Harvard has experienced relatively low case case counts throughout the beginning of the academic year except for two major surges. On Sept. 30, the University reported a spike of 135 new COVID-19 cases. The latest breakout came amid soaring cases nationwide and new worries about the Omicron variant — on Dec. 6 Harvard reported 138 new cases.

After operating in-person throughout the current academic year, Harvard announced on Saturday that it would be moving to remote operations for the first three weeks of January. Students are not scheduled to return to campus until the beginning of their spring semester on Jan. 24, after the pause is slated to expire. The announcement came just days after the University mandated booster shots for students returning to campus.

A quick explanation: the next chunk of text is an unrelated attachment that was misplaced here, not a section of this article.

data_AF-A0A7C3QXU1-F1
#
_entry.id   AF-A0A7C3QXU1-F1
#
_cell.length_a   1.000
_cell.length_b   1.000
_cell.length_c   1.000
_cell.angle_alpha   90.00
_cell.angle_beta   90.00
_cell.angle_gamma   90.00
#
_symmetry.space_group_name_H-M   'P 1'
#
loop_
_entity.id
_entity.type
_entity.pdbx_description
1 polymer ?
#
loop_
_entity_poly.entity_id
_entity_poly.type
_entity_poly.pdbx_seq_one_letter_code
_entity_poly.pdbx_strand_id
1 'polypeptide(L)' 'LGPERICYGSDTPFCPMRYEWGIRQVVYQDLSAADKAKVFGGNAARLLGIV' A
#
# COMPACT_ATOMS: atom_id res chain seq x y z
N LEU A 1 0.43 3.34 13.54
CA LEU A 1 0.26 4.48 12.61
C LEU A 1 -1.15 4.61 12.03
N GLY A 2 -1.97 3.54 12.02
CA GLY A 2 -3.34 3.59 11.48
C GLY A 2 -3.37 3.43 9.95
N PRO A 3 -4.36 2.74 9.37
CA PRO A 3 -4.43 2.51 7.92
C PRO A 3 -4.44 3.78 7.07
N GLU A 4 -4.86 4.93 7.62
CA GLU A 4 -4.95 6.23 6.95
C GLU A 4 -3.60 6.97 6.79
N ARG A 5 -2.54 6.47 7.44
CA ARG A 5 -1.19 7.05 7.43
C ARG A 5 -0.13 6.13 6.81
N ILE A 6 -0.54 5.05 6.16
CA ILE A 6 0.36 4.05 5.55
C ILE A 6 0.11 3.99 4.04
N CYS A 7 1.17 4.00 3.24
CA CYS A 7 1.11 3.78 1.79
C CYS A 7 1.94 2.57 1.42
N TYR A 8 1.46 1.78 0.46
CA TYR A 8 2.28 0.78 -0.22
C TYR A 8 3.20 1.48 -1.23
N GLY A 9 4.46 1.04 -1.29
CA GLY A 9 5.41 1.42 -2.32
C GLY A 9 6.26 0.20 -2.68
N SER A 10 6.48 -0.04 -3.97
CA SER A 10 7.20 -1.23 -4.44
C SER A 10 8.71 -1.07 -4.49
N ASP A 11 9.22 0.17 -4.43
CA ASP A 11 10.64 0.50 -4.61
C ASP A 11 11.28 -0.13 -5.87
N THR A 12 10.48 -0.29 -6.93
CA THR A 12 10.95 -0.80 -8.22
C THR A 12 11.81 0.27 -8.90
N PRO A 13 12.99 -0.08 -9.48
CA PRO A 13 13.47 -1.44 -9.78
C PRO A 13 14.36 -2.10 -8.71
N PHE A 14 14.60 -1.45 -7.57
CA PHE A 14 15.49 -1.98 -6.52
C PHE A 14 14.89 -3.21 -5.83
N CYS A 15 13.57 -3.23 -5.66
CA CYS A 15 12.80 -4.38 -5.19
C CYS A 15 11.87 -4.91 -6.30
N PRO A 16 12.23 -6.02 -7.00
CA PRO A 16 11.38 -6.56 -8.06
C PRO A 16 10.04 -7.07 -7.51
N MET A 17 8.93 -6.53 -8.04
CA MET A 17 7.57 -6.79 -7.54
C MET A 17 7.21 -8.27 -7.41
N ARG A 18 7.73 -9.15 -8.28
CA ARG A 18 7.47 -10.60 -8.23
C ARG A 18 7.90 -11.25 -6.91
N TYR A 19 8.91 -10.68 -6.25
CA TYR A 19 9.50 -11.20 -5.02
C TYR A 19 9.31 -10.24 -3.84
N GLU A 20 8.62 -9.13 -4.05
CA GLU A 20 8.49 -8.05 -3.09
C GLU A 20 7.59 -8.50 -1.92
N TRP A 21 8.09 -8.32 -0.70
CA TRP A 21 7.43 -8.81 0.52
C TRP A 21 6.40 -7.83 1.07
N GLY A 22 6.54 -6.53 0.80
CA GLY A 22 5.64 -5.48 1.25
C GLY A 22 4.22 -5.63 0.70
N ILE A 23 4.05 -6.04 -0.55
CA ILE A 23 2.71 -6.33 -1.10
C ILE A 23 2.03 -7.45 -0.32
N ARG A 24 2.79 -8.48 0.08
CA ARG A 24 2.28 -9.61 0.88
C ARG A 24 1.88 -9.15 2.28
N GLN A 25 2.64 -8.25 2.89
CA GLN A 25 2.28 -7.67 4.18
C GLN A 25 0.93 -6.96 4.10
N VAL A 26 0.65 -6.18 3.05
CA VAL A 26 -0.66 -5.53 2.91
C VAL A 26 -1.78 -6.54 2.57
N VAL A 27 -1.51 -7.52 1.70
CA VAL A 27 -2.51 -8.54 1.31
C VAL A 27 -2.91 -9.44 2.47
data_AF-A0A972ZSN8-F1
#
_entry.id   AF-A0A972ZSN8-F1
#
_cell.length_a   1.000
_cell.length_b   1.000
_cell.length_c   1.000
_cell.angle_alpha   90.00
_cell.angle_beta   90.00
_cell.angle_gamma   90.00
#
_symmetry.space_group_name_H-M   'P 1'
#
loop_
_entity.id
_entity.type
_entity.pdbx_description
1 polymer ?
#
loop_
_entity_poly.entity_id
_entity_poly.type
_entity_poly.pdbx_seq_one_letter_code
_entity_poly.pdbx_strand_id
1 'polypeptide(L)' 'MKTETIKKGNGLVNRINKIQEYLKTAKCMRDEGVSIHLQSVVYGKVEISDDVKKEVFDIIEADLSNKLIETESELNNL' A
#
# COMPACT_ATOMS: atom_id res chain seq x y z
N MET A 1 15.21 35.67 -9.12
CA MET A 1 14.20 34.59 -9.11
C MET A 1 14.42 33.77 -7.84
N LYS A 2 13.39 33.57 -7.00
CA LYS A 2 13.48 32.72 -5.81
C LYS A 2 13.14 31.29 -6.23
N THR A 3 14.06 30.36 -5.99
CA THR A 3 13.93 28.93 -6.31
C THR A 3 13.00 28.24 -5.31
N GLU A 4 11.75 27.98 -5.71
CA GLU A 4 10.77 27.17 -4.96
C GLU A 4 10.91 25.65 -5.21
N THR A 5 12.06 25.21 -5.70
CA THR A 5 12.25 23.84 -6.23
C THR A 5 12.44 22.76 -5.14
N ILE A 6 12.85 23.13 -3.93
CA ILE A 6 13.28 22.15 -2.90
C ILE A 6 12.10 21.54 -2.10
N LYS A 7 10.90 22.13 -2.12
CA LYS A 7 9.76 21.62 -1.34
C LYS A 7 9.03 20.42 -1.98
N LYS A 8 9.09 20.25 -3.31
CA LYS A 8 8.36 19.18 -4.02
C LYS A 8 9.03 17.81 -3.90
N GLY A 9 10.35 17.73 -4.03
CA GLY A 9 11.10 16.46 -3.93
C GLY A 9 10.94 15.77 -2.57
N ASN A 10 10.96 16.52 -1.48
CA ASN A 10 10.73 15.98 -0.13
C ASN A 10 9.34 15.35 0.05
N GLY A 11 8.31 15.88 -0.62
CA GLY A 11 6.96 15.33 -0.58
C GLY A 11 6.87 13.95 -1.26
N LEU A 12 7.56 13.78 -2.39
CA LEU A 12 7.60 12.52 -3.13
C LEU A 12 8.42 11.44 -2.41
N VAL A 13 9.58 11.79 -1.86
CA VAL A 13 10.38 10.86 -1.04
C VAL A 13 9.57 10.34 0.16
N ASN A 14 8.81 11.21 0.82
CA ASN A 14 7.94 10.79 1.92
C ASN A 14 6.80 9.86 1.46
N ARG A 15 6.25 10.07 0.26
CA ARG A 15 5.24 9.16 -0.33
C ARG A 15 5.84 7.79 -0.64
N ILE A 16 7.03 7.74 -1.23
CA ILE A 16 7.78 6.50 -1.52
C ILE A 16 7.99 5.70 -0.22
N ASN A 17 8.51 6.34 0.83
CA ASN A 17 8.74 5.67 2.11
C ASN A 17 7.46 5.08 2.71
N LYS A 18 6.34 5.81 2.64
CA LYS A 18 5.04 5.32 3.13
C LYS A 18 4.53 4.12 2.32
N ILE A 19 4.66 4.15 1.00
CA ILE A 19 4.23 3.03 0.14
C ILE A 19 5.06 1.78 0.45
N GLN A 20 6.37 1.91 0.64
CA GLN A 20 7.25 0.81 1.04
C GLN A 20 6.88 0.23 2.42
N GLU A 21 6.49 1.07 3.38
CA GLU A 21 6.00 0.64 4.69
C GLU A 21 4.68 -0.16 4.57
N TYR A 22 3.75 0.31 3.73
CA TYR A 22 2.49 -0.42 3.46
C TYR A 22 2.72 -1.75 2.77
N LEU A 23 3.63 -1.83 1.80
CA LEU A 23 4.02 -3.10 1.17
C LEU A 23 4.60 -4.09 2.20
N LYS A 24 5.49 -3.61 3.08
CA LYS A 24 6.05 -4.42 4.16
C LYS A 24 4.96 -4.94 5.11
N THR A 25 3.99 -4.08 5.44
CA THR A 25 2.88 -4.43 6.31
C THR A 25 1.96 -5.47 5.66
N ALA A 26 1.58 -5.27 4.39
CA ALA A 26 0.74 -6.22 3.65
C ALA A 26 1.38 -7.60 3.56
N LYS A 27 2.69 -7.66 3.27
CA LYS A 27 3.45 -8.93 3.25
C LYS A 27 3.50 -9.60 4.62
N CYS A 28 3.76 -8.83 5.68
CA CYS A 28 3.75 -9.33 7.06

Yale

After recording its largest single-day COVID-19 positive case count, Yale officials moved all remaining final exams online and urged students to take essential items home with them. While spring semester courses will begin on Jan. 18 in person, the school’s administrators have not ruled out starting the semester with online instruction. Yale also announced that it would mandate a booster for all eligible students before the start of spring semester, and said it expects faculty and staff to receive the booster as soon as they are eligible.

At the start of the fall semester, the university did not require vaccinated undergraduate students living on campus to quarantine upon arrival, and it maintained a weekly testing requirement throughout the semester. Yale experienced the second-largest spike in COVID-19 on campus among the six institutions since the Omicron variant began to spread, with the school recording more than 200 positive cases in the beginning of December.

Tiffany Gan is a high school reporter in The Stanford Daily Winter Journalism Workshop.